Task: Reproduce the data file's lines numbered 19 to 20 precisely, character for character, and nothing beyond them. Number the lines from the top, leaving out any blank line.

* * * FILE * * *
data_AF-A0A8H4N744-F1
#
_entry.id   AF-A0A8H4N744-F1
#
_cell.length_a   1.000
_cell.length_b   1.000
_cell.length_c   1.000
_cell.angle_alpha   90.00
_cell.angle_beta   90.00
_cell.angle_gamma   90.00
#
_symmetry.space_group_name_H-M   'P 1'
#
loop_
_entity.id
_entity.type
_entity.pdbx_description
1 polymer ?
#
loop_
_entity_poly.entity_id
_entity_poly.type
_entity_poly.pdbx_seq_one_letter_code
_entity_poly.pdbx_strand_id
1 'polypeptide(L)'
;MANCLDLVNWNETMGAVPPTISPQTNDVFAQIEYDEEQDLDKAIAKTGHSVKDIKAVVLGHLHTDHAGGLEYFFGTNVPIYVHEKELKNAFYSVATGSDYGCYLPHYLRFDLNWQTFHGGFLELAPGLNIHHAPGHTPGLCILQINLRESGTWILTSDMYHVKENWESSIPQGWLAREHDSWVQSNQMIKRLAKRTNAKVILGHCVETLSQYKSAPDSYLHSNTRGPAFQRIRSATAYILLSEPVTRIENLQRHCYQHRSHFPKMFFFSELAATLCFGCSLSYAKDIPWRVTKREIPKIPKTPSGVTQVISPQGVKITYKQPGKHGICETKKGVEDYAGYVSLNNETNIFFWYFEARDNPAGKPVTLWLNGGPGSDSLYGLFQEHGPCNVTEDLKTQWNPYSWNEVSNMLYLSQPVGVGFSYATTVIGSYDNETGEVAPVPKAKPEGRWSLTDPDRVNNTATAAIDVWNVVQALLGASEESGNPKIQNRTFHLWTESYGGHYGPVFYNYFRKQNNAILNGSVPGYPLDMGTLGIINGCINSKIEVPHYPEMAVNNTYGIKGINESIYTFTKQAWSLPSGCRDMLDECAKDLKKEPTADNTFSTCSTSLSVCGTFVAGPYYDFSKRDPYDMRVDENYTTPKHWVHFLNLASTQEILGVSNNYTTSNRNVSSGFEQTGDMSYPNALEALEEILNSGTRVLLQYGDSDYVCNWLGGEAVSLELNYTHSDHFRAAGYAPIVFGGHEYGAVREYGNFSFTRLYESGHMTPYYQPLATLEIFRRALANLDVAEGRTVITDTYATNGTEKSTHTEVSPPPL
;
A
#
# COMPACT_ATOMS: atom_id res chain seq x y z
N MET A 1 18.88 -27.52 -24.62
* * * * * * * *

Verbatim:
#
loop_